The history of medical malpractice dates back to a thousand years ago. According to a physician news writer, Anderson, since the 19th and 20th centuries, medical malpractice has been one the oldest legal writings in the world (2017). An example of one of the oldest and writing on medical malpractice is Hammurabi’s code consisting of 282 laws and dated back to 1794 BC (Anderson, 2017). The section mentions some of the medical mistakes and their repercussions. For example, one section states that doctors should be punished if they harm patients. Many of the malpractices in the past involved doctors treating patients wrongly due to insufficient medical training and education. However, much has been done to address such malpractice. For example, the American Medical Association was formed to help set medical training and education standards. This has led to many people acquiring professional training in medicine, reducing malpractice. Also, legislation has been put on the frontline to help prevent doctors from committing malpractices. Unfortunately, as a result of different legislation surrounding this area, defensive medicine has been on the rise (Reisch et al., 2015.
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Deemed status is the status that a health organization acquires after being accredited by the regulatory agencies (Hedrick & Gingerich, 2006). It depicts an organization that meets the health standards required, meets the expectations, and exceeds them. As a result, organizations such as Agency for Healthcare Research and Quality (AHRQ) are put in place. Its primary purpose is to research the healthcare systems by doing demonstration projects, evaluations, coming up with guidelines, and disseminating health care information. Its primary goals are to; make healthcare safer, improve the quality, make it more accessible, equitable, and affordable (AHRQ, 2021).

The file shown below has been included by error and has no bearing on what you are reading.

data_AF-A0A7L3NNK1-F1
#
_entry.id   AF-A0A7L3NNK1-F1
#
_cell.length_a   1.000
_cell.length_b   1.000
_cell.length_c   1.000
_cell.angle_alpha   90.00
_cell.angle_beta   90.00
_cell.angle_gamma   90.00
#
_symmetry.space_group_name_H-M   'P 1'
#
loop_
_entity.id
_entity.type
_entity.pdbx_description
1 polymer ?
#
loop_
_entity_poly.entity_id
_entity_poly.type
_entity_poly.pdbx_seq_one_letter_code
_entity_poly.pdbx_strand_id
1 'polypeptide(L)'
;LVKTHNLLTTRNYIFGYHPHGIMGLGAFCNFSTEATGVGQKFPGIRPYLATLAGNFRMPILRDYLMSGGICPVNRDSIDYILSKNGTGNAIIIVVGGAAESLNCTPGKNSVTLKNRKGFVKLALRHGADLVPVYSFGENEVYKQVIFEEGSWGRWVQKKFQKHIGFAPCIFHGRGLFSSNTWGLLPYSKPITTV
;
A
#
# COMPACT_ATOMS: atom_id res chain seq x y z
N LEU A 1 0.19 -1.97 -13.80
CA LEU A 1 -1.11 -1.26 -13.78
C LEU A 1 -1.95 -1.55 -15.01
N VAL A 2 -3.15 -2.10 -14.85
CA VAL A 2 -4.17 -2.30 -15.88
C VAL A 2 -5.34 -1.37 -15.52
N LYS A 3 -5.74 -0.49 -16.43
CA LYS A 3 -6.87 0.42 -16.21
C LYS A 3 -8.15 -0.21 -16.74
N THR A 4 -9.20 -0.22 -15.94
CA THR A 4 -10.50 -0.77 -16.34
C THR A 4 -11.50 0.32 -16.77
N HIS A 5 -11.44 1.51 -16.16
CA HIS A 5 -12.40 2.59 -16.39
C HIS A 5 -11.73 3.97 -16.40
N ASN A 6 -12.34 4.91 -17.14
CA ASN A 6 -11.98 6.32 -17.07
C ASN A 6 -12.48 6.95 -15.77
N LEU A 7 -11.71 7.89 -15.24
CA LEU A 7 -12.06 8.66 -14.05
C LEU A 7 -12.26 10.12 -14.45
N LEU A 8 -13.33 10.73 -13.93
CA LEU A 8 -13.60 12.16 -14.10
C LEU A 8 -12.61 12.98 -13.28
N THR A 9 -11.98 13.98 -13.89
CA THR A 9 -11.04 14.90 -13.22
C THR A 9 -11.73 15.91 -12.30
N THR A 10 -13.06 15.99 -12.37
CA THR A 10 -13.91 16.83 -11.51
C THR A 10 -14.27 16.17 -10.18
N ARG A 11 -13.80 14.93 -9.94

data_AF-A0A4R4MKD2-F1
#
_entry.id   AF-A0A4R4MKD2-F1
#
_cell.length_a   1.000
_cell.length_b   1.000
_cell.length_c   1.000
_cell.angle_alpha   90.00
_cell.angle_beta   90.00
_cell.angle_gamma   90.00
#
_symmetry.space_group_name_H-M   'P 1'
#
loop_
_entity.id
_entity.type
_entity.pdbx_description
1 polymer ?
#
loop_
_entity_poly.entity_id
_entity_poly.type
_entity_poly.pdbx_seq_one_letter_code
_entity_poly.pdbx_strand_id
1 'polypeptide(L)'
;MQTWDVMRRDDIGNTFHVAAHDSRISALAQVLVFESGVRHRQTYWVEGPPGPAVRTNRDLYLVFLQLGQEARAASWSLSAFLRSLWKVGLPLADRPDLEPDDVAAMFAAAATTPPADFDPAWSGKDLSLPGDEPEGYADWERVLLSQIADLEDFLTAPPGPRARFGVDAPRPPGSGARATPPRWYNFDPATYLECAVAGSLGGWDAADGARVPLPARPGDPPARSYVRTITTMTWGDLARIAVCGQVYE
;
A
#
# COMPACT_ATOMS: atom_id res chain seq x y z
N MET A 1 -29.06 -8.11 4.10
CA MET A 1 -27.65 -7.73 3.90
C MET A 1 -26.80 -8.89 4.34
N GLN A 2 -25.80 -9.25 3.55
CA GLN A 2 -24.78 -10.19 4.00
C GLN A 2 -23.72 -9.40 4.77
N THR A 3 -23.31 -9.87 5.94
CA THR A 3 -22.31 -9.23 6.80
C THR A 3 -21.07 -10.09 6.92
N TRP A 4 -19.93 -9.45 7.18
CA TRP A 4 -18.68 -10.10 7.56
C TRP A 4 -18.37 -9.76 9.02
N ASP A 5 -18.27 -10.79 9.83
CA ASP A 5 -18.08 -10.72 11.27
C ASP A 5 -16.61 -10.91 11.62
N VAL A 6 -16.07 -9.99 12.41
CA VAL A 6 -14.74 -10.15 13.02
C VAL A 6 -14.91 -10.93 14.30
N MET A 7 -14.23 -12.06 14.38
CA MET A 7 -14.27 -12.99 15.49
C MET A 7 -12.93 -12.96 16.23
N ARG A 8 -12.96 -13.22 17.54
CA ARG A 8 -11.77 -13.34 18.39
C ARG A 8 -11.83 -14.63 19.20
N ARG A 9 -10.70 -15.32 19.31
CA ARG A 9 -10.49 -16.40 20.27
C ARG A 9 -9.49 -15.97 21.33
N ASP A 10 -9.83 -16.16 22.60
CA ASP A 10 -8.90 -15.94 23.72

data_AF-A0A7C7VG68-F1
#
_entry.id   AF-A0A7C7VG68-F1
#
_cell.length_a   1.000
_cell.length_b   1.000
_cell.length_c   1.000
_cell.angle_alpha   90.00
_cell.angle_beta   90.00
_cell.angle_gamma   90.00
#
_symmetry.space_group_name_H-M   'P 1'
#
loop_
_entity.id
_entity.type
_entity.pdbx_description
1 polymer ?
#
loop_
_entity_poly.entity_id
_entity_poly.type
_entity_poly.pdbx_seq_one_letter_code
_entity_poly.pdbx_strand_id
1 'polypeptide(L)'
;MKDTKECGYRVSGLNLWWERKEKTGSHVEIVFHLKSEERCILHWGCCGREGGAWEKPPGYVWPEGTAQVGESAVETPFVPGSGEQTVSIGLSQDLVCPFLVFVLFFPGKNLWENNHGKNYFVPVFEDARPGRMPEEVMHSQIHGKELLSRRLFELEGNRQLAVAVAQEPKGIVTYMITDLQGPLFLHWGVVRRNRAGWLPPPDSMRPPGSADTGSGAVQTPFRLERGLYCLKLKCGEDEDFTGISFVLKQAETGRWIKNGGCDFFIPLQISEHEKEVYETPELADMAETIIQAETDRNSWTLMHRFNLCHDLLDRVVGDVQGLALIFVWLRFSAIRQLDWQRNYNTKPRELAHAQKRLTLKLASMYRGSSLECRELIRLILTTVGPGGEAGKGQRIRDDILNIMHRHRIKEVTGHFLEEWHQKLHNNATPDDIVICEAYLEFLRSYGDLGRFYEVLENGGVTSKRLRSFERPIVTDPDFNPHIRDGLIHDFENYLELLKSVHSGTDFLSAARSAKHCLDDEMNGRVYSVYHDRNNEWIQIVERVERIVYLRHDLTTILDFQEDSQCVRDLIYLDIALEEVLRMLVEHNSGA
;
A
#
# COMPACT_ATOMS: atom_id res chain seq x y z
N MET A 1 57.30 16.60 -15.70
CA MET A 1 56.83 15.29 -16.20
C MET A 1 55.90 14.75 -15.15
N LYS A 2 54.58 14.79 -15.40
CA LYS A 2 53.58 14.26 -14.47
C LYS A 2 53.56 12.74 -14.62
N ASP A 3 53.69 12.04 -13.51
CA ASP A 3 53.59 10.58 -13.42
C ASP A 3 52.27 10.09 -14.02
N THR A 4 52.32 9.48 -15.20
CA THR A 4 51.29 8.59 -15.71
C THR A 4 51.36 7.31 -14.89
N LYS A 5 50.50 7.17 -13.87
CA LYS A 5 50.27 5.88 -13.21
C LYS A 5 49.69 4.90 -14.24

Another organization that improves quality is the Joint Commission. Its primary purpose is to regulate quality by accrediting healthcare organizations. The accreditation acts as a form of licensure given to organizations that comply with the set quality standards. Its major goals are to ensure medical services lead to zero harm and ensure they are safe and quality (About the Joint Commission, n.d.). AHRQ and the Joint Commission have impacted healthcare quality by continuously adding knowledge to improve the services through research and ensuring only organizations that meet the required quality standards operate.